When I was in high school, films and music were my escape.
I used to have a library of VHS tapes envisioning I could start my own video rental company some day. I even considered charging classmates to rent out the tapes, but never had the business acumen to pull it off.
Then came the DVD. For the longest time I resisted, but became a late adopter of the technology once I bought the special edition DVD of Fight Club in 2000. Despite the format change, I wasn’t happy with my local Blockbuster’s selection.
This brings me to Netflix.
I never once considered the concept of the internet or an interactive community outside of face to face conversation. Netflix provided an opportunity to access a multitude of titles, many of which were considered not mainstream enough for big box stores.
As an angst-ridden teenage cinephile, Netflix was my catnip. Through Netflix I began to watch what I wanted when I wanted to. And therein lies the problem. Netflix was my pusher and I could get my fix in a few days. A few years later with streaming, I could get it instantly.
In a digital age, we no longer have the patience to wait for *anything*. This translates to a short attention span for many. Heck, I’m writing this blog post on my phone right now. This also translates to the revolutionary nature of mp3’s, Napster and later p2p (peer to peer) sharing sites.
Ten years from now, we’ll wax nostalgic for the day of CDs like we do now for records . I envision retrobars spinning compact discs, playing Coldplay and American Idol albums on loop.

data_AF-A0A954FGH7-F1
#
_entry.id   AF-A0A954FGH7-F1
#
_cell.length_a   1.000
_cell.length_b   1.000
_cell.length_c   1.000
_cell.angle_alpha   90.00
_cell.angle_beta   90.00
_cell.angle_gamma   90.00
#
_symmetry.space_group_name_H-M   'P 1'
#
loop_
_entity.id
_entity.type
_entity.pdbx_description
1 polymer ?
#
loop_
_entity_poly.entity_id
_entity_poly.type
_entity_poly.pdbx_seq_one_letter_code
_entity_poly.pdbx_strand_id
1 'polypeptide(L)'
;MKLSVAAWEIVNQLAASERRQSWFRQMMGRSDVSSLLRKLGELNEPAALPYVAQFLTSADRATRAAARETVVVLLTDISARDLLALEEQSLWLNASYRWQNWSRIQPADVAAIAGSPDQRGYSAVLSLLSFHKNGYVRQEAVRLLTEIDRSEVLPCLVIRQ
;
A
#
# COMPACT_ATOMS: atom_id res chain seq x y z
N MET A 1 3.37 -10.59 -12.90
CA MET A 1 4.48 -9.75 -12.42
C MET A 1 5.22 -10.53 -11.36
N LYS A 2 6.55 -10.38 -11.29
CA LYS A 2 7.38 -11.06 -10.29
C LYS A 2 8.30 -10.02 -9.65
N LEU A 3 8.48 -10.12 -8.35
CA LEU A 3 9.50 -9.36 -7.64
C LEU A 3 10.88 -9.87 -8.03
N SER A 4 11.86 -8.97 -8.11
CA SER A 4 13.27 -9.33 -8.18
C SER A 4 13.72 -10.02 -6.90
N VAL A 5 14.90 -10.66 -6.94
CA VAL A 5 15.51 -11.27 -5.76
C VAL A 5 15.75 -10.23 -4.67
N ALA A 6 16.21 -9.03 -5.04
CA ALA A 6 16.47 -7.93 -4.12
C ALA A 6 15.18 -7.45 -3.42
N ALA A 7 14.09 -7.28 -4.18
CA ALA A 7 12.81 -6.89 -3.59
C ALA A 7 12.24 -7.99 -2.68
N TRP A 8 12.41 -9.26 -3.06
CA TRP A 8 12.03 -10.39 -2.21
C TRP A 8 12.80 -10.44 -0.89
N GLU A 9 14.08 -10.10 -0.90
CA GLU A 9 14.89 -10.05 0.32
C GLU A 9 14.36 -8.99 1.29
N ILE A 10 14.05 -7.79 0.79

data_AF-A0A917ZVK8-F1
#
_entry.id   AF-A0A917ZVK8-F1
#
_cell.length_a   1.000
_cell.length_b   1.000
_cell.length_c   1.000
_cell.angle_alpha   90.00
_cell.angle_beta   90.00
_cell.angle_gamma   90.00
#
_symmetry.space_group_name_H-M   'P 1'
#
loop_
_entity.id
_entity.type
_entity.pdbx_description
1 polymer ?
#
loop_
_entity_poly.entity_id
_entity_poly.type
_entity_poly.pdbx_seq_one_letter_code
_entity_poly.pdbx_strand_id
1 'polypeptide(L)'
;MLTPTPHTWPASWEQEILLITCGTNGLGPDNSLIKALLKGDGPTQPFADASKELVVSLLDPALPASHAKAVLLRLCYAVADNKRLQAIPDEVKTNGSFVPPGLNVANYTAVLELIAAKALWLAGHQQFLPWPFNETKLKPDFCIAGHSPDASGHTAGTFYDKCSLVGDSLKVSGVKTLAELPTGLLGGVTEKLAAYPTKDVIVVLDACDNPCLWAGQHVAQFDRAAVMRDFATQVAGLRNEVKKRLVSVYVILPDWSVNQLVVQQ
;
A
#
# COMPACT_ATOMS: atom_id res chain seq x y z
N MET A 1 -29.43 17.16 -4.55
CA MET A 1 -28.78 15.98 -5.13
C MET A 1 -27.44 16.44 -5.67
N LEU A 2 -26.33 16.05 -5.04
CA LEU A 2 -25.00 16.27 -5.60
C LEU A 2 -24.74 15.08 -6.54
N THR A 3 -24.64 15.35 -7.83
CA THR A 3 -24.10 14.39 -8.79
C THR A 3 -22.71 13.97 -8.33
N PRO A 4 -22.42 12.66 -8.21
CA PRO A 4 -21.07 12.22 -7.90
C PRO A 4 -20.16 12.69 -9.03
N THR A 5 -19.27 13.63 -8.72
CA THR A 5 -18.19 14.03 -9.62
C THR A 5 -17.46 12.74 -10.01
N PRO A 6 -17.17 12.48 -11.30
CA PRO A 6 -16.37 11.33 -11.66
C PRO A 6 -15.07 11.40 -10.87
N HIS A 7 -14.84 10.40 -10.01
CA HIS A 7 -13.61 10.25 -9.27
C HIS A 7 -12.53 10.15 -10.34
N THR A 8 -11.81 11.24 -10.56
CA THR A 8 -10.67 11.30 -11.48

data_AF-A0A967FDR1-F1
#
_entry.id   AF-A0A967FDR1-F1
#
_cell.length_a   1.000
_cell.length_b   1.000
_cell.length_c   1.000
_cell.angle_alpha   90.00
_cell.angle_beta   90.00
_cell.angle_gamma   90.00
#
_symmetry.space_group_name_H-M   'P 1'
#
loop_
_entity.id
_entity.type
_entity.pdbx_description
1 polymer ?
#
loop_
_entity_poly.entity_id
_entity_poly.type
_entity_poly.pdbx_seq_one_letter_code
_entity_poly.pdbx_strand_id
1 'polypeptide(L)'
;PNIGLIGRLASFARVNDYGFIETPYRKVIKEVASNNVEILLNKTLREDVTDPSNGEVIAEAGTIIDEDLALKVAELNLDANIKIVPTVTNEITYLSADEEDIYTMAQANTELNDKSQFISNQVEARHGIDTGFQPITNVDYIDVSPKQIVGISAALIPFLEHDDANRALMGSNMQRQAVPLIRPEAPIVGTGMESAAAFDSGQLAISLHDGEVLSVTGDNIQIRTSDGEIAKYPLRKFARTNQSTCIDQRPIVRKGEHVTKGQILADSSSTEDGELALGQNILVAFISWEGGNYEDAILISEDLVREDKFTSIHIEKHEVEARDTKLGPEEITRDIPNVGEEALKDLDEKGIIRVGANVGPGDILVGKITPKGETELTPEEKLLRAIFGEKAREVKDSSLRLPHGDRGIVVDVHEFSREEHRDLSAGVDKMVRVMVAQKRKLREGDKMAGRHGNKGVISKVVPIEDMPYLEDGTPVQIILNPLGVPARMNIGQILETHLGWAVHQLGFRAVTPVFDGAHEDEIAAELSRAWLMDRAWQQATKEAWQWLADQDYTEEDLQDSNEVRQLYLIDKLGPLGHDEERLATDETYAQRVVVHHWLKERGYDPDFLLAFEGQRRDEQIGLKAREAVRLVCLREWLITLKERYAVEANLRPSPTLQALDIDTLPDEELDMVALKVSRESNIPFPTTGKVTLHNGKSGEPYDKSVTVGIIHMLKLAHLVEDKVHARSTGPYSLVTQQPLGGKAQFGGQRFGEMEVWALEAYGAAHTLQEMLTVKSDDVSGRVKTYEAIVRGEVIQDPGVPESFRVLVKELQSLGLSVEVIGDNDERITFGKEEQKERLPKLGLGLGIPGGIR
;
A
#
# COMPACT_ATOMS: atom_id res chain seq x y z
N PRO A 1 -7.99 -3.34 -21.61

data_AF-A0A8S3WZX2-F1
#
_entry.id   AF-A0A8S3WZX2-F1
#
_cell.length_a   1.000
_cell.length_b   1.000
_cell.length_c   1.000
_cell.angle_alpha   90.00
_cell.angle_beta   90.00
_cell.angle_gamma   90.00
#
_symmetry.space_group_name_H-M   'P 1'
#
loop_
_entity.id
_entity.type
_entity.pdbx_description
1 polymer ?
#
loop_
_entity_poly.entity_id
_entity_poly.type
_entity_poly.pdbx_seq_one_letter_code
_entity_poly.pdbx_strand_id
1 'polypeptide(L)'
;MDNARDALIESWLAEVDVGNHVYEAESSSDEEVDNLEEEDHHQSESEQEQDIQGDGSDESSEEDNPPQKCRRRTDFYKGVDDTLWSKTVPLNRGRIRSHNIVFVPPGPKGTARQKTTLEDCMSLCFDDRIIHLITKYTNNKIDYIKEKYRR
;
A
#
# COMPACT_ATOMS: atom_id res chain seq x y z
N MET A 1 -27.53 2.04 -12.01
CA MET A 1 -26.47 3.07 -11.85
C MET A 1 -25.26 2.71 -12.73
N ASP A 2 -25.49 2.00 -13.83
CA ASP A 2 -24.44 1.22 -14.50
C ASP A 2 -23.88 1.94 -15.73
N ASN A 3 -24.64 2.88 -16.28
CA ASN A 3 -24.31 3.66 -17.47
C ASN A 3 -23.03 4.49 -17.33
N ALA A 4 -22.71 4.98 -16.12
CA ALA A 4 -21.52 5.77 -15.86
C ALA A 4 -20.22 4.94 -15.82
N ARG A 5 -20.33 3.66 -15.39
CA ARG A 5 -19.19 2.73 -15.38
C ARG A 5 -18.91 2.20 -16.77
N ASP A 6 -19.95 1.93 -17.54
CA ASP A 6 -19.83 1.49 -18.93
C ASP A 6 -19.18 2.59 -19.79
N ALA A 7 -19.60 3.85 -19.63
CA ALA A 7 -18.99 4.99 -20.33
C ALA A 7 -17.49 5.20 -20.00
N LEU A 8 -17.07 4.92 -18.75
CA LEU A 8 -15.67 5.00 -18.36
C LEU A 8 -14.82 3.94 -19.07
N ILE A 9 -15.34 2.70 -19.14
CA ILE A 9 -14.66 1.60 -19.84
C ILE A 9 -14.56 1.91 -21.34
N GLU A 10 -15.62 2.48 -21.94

God I hope not.
Regardless, I fear this will result in the death of the slow burn. Music and film are now often programmed to be immediate, accessible. Very few albums or films are a major success unless they sell the sizzle, something that pulls the viewer or listener instantly. Unfortunately, this often results in movies engineered for Trailers and albums engineered for singles.
All I’m saying is maybe it isn’t so ironic that the notoriously slow moving films of Terence Malick are now getting booed at Cannes and a film like Lost in Translation is slammed for not having a “story”…
On that upbeat note, happy Memorial Day weekend to my American friends out there!!!!
John still loves Lost in Translation and doesn’t care what others think. He can be tweeted at @jododojo10 or even contacted at his new, shiny Tumblr blog – newwaveofthefuture.tumblr.com